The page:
The die in this sentence is a relative pronoun. It means "who," and it refers back to Freuen. To help you understand, I'll give you the exact word-for-word translation.
Ihr seid starke, unabhängige, schwarze Frauen, die keinen Mann brauchen.
You (y'all) are strong, independent, black women, who no man need.
no article -> strong inflection
It isn't. Sie sind starken Frauen does not work, because the adjective declension for plurals in nominative case needs to end in -e.
Sie sind starke Frauen would mean "You are strong women" (polite, to a group), or "They are strong women". The whole sentence is in nominative case.
...starken Frauen could be dative case (either strong or weak inflection), so it would appear in sentences like Wir wünschen den starken Frauen Glück ("We wish the strong women luck").
Sure, just be aware that the use of "y'all" is basically confined to certain dialects (not all English-speakers around the world use it), and so you might find examples in Duolingo where it is not accepted (but if you're determined to promote its use, you can report it each time you find it).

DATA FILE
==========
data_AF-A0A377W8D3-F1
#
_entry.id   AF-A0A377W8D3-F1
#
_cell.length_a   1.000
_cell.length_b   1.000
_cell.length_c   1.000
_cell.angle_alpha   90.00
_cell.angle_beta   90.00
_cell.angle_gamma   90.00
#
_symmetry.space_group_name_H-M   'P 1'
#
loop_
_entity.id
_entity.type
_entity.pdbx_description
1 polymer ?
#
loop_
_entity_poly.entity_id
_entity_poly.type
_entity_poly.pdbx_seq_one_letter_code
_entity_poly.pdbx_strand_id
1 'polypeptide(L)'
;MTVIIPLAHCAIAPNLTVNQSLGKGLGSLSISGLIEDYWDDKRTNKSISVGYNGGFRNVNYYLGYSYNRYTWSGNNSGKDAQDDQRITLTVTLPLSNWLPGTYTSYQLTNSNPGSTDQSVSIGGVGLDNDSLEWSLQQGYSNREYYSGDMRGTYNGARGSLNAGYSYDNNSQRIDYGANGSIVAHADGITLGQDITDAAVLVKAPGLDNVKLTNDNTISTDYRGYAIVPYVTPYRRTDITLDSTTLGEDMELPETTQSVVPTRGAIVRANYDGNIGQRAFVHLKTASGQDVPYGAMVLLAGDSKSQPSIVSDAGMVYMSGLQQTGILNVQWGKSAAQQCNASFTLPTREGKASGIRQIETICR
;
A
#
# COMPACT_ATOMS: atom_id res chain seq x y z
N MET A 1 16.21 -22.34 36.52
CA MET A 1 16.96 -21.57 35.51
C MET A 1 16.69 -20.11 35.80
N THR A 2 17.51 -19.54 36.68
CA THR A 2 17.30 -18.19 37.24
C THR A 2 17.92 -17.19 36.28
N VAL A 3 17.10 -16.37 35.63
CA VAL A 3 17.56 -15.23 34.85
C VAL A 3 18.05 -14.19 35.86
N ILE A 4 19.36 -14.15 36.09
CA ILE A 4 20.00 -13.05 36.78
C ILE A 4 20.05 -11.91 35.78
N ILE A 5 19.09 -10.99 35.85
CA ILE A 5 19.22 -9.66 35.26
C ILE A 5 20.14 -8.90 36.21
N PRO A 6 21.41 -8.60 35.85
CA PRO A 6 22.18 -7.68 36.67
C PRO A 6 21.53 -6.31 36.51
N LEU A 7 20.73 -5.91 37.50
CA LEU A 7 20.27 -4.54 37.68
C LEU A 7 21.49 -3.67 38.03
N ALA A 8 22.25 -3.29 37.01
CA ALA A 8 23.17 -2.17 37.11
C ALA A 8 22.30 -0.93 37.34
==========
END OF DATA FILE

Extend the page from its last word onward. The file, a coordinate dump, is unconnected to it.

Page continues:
And I do just that each time. Even if it´s been a year and it's still marked wrong. It's hard to change how you look at ways of writing when you've spoken like this your entire life. I wonder though; if southern Germany has any dialect similar to southern American English.
There are definitely dialects in German - many even stronger than the equivalent of southern-US English. But all Germans essentially learn two languages these days: standard 'Hochdeutsch' (in school) and their local dialect (in conversation). So Germans are well-accustomed to remind themselves of what is and is not a part of their dialect when speaking to others. As an Australian, I also do the same when speaking to others - but it was being exposed to 'foreigners' (and becoming one myself) that trained this response in me.